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Apr
06

Contentment is Not a License for Complacency.

We have heard it many times…be happy with what you have. That statement is true when what we have includes some measure of comfort, security, and joy. Take any of those away and we can struggle to find the happiness that life affords. But curiously even when we have it, we can still be anxious it will not last or we may look for the next new offering to unfold.

Struggling to meet the demands of family, work, and that thing called personal well being can funnel a sense that we need to be perfectionists in all these areas of life. But how can we be? Conversely, how can we not try to be? In a society that advocates for acceleration over coasting, excellence over average and domination over deliberation, it is unacceptable to think we can be good at one thing, adequate at another, and passable at something else. We want to excel at it all because that is often what we expect of ourselves and of others.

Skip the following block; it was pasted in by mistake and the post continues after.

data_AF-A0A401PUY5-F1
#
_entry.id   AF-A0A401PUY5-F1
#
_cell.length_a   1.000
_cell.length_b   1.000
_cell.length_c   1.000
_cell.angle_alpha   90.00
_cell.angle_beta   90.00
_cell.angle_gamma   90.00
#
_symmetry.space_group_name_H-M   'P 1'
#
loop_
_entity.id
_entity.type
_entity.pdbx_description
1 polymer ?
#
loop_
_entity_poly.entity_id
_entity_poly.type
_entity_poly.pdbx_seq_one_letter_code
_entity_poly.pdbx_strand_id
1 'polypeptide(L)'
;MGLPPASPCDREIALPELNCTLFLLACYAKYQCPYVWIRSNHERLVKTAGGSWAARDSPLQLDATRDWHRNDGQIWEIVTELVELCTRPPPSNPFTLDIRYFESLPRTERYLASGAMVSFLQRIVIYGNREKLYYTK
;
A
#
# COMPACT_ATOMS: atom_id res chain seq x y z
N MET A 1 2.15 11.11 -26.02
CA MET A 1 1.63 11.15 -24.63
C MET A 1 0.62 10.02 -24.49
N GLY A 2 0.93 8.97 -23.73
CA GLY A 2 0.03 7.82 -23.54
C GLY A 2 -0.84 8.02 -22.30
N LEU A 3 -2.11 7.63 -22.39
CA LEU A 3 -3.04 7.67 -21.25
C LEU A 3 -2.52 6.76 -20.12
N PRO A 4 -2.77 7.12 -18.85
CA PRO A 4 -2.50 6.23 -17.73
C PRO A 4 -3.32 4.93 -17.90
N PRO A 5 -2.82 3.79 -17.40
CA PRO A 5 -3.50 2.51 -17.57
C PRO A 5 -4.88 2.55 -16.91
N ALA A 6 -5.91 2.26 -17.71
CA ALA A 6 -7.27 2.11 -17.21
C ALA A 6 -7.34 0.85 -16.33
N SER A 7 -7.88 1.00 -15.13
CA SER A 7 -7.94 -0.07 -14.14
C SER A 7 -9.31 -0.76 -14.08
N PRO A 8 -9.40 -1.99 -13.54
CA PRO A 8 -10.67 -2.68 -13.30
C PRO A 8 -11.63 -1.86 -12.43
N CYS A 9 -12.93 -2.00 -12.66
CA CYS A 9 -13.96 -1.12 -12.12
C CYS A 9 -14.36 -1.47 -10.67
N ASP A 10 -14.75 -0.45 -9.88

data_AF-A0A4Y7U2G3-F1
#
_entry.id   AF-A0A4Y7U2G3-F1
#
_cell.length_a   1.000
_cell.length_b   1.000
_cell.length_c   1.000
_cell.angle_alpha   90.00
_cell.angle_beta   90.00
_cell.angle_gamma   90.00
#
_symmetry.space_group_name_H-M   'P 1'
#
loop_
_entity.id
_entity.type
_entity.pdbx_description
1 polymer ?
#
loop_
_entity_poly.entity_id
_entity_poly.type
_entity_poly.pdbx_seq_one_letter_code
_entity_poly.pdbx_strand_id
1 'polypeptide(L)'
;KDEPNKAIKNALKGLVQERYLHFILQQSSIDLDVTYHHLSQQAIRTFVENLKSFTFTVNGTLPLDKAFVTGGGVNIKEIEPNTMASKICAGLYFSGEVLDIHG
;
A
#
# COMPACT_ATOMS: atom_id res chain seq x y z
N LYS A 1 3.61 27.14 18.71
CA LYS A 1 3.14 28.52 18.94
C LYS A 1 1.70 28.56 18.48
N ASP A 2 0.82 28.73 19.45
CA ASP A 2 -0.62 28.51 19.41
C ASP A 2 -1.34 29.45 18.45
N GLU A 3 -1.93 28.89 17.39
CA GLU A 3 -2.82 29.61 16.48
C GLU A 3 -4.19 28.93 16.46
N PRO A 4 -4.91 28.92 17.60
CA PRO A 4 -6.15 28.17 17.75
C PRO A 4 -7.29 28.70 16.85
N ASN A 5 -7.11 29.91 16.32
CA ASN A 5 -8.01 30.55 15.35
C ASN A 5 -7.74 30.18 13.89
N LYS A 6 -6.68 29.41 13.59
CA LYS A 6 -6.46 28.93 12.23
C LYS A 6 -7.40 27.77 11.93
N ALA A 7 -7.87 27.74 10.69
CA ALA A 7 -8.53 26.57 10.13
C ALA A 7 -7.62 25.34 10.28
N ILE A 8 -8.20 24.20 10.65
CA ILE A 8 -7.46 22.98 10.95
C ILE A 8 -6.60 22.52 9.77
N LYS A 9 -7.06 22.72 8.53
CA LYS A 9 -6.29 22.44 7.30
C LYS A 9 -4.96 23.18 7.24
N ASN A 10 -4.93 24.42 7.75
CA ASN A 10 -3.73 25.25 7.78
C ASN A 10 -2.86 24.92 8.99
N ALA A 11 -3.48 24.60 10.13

Then there is the crowd that somehow got the memo that good enough is just that—acceptable, tolerable, and even more honest in the approach to meeting life’s demands. But how is this done? One way is to find comfort in contentment. It is not a pass to say Good Enough all the time or resign ourselves to complacency. Rather, contentment is when we see both ends of the spectrum—the perfectionism and the complacency—and reside with comfort in the middle place.

Contentment exists not in adding more fuel, but in taking away some fire. Thomas Fuller

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